Lightfoot orders her name on $12.5M in gas, transit cards

Lightfoot orders her name on $12.5M in gas, transit cards

Mayor Lori Lightfoot’s name will be on 150,000 prepaid gas and transit cards she plans to raffle off to Chicagoans. She’s trying again after aldermen initially rejected the $12.5 million proposal as an election stunt.

Mayor Lori Lightfoot’s proposal to raffle $12.5 million in prepaid transit cards with her name printed on them to Chicagoans was narrowly approved April 20 by the City Council Budget Committee, moving it to the council floor for consideration.

Lightfoot’s plan to send 50,000 prepaid gas cards each worth $150 and 100,000 passes covering $50 in Chicago Transit Authority fares to city residents, dubbed “Chicago Moves,” was initially rejected by the council April 6. Council members alleged the mayor’s program was an election stunt offering only minor relief from high fuel prices for Chicagoans.

The amended ordinance would earmark $9.35 million in transit cards for Chicagoans on the South and West sides. It would also lower the income threshold for qualifying residents to $65,300 for individuals or $93,200 for a family of four to target lower-income households.

When aldermen initially rejected the plan, many pointed to Lightfoot including her name on the cards as cause for concern.

“I don’t think that’s a good look,” Ald. Gilbert Villegas told WTTW. He was once Lightfoot’s closest ally as her appointed floor leader in the Chicago City Council.

“I’m all about making sure that we’re getting money into the hands of the people. I want to make sure that it does include as many people as possible that need assistance,” Villegas said.

Lightfoot’s proposal arrives on the heels of the Gov. J.B. Pritzker’s own efforts to advertise his tax relief programs before voters consider him for reelection. Illinois gas stations on July 1 will be required to put signs on their pumps advertising his 6-month tax hike delay – or pay $500-a-day fines. It would cost a protesting station owner $65,000 in fines between the July 1 start date and Election Day.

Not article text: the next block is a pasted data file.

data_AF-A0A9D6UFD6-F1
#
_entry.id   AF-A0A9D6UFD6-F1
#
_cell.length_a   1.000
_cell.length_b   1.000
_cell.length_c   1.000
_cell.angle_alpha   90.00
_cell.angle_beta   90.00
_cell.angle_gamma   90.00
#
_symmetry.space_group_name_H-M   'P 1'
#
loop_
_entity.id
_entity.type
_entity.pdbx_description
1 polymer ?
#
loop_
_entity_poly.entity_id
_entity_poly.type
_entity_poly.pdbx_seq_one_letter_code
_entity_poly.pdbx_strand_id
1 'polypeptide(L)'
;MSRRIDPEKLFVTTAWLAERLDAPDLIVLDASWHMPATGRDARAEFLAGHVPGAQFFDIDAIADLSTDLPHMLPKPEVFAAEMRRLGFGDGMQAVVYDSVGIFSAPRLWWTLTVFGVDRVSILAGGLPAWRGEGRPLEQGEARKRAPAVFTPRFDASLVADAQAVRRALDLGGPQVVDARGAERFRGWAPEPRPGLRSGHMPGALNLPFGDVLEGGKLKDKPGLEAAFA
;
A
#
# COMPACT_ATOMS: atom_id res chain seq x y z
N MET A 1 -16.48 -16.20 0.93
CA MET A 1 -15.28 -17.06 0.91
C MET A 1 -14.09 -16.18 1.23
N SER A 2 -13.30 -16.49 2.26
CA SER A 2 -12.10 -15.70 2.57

He did the same for the year-long grocery sales tax suspension, but without the fines.

The mayor in March proposed a temporary – or even permanent – repeal of Chicago’s new 3-cent per gallon gas tax that she imposed atop a 5-cent tax, citing necessary relief for record prices at the pump. However, reports said Lightfoot opted for the prepaid cards because of pressure from aldermen and union leaders concerned about the $18 million projected drop in city revenues.

Prices at the pump in Chicago were the highest anywhere in the state April 21 at $4.77 a gallon. The Illinois average was $4.40, and the national average was $4.12.

Chicagoans have experienced three gas tax increases in the past 18 months. They now pay an 8-cent city gas tax, 39 cents in state taxes and 6 cents in Cook County taxes.

City drivers pay another 10% of the before-tax price of gas at the pump in sales taxes. All told, taxes add about $15 to every fill-up in Chicago.

A final vote on Lightfoot’s $12.5 million transit program could come as soon as April 27.

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